In both studies the size of the reliability is satisfactory, but the main result of interest is the relative size of the variance components. Note that the variance components for raters or interactions involving raters are so small as to be essentially zero. The Marine Corps study is replicated at two sites, Camp Pendleton and Camp Lejeune. There can be no denying that the result is real. Some observers worried that the raters were not independent but were adjusting their ratings to be consistent. Others felt that monitoring by project staff and by occasional observers avoided collusion between the raters. Probably some inadvertent or intentional cooperation occurred, especially in the tight quarters on shipboard—but it was not widespread. What appears to be happening in these studies is that careful development of scorable items, daily monitoring of results by the research team, and careful and detailed scoring criteria left almost nothing to chance. In each case, tasks were comprised of several steps, each of which was scored in the go/ no go format, and the steps occurred in a predefined order. With such a format, either a step is done successfully or not, and there appears to be little room for disagreement. In achievement tests such as the College Board English Essay Test, when graders have to give a qualitative grade for each essay, more disagreement is generally found. With care, discussion, and occasional negotiation, such disagreement can be managed. But apparently the JPM design of hands-on task tests is such that discrepancies among raters can be eliminated.
The Services evolved different strategies for obtaining qualified raters. A careful comparison of the Service results would be instructive. A comparison of the reliabilities of the hands-on tests with the various surrogates would likewise be instructive.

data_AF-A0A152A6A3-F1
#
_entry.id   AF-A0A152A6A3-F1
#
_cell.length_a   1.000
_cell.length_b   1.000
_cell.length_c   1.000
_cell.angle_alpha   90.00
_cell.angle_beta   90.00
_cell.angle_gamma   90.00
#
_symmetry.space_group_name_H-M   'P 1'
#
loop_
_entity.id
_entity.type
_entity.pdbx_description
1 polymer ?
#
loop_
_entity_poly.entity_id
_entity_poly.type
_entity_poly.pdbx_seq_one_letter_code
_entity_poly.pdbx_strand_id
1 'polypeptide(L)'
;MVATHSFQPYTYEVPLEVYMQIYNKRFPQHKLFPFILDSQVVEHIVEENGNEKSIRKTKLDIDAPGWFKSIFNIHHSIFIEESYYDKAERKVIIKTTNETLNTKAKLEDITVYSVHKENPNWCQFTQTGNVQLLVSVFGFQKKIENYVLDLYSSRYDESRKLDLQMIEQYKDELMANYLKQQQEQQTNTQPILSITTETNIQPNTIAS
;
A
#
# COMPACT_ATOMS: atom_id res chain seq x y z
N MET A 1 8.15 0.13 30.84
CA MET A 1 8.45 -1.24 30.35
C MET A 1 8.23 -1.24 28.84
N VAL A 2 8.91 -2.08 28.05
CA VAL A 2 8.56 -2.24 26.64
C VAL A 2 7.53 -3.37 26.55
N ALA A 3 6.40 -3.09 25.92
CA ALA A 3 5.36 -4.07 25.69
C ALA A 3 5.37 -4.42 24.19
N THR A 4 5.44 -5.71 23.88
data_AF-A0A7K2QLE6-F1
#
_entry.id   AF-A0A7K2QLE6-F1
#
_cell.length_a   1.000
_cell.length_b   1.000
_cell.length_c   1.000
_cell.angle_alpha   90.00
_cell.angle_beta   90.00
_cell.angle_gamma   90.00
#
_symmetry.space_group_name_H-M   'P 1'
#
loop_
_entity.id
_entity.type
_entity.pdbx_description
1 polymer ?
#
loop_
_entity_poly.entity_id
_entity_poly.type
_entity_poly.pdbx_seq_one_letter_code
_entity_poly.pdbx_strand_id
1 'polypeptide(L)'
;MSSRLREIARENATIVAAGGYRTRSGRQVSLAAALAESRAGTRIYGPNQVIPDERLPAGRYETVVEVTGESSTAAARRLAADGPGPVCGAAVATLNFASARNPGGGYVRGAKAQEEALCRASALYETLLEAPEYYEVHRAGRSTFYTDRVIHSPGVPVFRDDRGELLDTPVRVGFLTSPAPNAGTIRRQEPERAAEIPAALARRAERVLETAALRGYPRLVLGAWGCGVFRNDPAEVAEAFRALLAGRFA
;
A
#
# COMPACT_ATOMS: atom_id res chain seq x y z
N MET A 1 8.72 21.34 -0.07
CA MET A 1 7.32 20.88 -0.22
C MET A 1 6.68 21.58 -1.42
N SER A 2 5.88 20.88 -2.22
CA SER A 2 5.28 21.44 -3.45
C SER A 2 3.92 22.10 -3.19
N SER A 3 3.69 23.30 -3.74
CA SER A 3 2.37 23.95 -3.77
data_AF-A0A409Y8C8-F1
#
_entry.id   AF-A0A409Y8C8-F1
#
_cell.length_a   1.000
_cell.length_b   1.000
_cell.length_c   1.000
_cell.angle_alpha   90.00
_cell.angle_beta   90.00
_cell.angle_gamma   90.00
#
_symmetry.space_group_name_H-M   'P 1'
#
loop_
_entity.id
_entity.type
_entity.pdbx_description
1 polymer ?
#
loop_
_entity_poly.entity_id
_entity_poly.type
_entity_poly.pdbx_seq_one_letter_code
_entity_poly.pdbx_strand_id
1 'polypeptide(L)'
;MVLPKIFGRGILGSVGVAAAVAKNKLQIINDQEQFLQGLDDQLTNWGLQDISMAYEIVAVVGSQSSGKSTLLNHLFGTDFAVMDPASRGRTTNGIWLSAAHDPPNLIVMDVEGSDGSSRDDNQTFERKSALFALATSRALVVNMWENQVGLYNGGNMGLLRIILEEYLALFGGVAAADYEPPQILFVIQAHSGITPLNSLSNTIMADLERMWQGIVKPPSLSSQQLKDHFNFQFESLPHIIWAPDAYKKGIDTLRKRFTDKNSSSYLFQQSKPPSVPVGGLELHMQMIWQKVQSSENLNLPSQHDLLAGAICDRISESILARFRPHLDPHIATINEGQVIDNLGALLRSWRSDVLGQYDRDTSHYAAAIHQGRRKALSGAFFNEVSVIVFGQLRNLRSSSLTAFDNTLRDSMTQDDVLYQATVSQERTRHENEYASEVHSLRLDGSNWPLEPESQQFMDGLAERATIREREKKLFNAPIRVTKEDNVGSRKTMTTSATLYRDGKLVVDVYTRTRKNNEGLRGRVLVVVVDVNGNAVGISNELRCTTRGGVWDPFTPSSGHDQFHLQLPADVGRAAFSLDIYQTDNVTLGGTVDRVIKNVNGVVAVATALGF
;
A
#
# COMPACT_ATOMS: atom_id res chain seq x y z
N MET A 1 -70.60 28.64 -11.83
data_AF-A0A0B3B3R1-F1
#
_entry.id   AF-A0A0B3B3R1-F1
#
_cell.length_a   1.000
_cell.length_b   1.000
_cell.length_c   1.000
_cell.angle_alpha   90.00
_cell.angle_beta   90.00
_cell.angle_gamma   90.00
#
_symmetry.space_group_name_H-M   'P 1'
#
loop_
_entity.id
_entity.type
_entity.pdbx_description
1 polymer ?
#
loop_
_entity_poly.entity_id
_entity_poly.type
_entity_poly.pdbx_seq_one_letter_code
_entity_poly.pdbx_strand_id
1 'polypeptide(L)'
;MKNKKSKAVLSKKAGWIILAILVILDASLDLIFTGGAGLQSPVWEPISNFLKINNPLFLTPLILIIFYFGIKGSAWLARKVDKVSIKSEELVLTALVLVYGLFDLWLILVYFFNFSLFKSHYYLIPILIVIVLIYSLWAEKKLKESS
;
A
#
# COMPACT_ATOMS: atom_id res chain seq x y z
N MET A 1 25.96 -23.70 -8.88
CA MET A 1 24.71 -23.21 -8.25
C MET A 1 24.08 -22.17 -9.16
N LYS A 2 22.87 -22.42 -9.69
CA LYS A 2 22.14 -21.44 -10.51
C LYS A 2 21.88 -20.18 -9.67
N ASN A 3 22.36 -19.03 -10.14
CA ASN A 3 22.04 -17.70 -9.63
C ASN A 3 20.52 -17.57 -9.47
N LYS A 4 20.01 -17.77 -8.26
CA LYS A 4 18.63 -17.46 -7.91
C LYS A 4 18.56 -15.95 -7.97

Although more elaborate studies of error sources were done, with complex results, the main findings continued to emerge. Raters appeared to introduce very little measurement error. Tasks, however, regularly turned up as large contributors to measurement error, indicating the need for more tasks to get a clearer picture of the stable performance differences among the Service personnel in the study.
It should be noted that some committee members were surprised that the hands-on tests turned out to be as reliable as they are. Their expectation was that 10 to 15 tasks would be woefully inadequate. That would probably have been true had each task been scored dichotomously. But each task score is the proportion of steps completed satisfactorily, so the score for a

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task has more information than a dichotomously scored multiple-choice test item.
It should also be noted that some of the tests were assessed for other sources of error. For example, the Marine Corps found a test-retest reliability of about .90, and a parallel-form reliability of .78 for their infantryman performance test that did not include live fire; with live fire the parallel form reliability was .70. Note that these results are entirely consistent with the earlier conclusion that item heterogeneity, which contributes to error in the parallel-form assessment but not in the test-retest assessment, is the main contributor to measurement error.
The Navy and Marine Corps studies of multiple sources of measurement error briefly reported here show the promise of the G-theory approach for getting a better appreciation of the properties of complex, performance-based measures. As this measurement method seems to be becoming more prevalent for educational and employee assessment purposes, the traditional approaches to reliability and validity will not suffice. These early G-theory analyses indicate that, with care and good design, quite reliable hands-on performance measurements can be made.